Speaking about how the Tenth and Eleventh Doctors get on: “They switch between praising each other’s ingenuity to trying to undermine it at every opportunity. You sort of switch from being quite pleased with yourself to being infuriated at your own inadequacies, and I guess that’s kind of writ large, isn’t it, if you meet yourself.”
The Doctor Who 50th Anniversary special, ‘The Day of the Doctor’ will air on Saturday, 23rd November on BBC One (UK) and BBC America (US). Full worldwide times are yet to be confirmed.
Doctor Who 50th Anniversary docudrama ‘An Adventure in Space and Time’ will premiere at the BFI on Tuesday, 12th November.
The 90-minute BBC Two production has been written by Mark Gatiss, directed by Terry McDonough, and stars David Bradley as William Hartnell.
The event will start at 8:20pm and a question-and-answer session with a special guest panel will also be held, with the names of those taking part yet to be confirmed.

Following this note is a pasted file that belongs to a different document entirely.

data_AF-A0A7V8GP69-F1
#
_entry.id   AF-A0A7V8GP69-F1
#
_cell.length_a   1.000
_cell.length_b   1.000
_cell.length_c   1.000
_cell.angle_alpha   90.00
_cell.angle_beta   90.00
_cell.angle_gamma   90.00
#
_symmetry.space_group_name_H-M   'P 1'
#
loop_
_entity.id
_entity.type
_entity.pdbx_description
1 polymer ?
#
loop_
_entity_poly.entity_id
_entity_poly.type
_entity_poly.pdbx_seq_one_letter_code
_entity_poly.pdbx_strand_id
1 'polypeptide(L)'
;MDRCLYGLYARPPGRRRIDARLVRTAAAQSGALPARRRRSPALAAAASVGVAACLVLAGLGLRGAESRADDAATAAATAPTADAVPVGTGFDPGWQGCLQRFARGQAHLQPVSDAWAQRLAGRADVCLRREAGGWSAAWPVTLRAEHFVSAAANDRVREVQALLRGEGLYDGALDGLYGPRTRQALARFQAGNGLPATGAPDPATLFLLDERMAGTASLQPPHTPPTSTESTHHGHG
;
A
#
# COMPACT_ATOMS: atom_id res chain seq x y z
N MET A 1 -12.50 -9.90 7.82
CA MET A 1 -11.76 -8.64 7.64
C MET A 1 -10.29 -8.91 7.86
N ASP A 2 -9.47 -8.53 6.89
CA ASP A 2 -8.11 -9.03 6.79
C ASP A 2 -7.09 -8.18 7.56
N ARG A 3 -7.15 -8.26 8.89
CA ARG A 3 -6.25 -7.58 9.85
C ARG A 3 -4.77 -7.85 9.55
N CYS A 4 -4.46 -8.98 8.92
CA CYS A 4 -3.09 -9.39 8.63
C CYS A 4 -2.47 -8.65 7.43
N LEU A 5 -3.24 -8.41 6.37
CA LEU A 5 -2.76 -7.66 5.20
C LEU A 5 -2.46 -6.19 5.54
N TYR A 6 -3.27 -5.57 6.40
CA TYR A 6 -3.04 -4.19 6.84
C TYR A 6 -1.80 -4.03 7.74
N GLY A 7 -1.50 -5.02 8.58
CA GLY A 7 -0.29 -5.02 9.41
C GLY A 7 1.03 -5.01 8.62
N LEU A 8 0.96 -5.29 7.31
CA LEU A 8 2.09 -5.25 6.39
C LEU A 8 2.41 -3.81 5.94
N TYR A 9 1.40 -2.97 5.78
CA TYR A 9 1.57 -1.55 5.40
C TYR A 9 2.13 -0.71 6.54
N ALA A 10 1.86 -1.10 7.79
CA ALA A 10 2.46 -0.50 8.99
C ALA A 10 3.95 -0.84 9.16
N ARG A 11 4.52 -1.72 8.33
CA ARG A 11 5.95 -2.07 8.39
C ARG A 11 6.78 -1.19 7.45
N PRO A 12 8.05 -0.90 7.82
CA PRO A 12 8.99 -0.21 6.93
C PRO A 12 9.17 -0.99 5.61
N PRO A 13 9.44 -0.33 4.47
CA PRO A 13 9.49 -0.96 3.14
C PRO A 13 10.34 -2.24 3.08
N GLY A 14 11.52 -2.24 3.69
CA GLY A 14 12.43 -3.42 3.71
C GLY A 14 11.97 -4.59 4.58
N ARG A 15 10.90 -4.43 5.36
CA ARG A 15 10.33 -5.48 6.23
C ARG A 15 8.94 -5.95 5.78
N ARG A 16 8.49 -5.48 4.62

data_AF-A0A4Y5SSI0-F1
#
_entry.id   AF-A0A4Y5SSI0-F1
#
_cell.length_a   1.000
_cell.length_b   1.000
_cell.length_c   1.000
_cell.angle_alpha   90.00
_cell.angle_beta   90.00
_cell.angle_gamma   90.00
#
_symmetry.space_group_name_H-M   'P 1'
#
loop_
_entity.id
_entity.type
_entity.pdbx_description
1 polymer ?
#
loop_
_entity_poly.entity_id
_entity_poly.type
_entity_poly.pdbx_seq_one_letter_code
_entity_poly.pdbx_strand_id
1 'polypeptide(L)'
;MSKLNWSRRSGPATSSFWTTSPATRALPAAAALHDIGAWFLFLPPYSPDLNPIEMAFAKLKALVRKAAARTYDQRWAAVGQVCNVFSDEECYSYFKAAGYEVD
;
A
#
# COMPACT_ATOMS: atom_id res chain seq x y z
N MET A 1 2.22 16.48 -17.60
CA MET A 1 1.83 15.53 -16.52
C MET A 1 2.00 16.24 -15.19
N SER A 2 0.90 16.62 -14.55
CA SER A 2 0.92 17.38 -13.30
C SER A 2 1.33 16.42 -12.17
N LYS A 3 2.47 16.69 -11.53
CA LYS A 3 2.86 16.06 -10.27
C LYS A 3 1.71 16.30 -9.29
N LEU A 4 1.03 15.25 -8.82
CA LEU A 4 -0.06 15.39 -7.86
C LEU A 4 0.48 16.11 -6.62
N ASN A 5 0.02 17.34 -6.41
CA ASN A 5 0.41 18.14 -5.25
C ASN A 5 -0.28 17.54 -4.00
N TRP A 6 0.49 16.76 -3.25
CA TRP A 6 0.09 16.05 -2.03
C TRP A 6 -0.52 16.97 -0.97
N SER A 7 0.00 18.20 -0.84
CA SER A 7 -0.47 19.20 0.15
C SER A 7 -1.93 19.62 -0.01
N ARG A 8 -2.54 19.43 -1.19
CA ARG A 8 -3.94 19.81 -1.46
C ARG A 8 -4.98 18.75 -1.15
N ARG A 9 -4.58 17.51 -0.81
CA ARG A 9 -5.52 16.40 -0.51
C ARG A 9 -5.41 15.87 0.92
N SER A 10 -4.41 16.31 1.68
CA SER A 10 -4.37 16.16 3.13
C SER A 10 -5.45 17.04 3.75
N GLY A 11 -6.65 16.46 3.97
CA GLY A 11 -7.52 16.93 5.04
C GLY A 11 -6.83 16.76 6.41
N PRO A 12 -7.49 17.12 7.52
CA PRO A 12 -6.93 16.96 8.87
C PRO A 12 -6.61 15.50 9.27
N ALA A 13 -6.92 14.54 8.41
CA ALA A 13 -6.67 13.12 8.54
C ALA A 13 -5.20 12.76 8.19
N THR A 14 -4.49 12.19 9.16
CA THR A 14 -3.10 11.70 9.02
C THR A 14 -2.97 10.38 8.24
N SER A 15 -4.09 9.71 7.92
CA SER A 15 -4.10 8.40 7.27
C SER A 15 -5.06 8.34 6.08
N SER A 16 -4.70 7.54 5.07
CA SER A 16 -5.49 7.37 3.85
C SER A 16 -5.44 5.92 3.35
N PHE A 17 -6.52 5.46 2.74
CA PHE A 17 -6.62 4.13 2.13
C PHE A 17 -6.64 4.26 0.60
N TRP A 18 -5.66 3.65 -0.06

Tickets will be allocated by two separate ballots via the members’ section, with one ballot for BFI Champions, opening on Monday, 30th September, and another ballot for members, which will open on Tuesday, 1st October. Champions can enter both ballots. The ballots will close on Friday, 4th October and will be run over the weekend of 5th and 6th October, with all entrants being notified on Monday, 7th October as to whether or not they have been successful. All tickets reserved for Champions and members via the ballots will be held for claiming by them until 8:30pm on Friday, 11th October, and any that are unclaimed by then will be released for public sale on Saturday, 12th October.
Although it will undoubtedly sell out to Champions and members, as has been the case with all previous events in the season, returns and stand-bys will be a strong possibility, so keep checking with the BFI.
BBC Two broadcast date is yet to be confirmed.
Doctor Who: Bad Wolf and The Parting of the Ways - BFIQ&A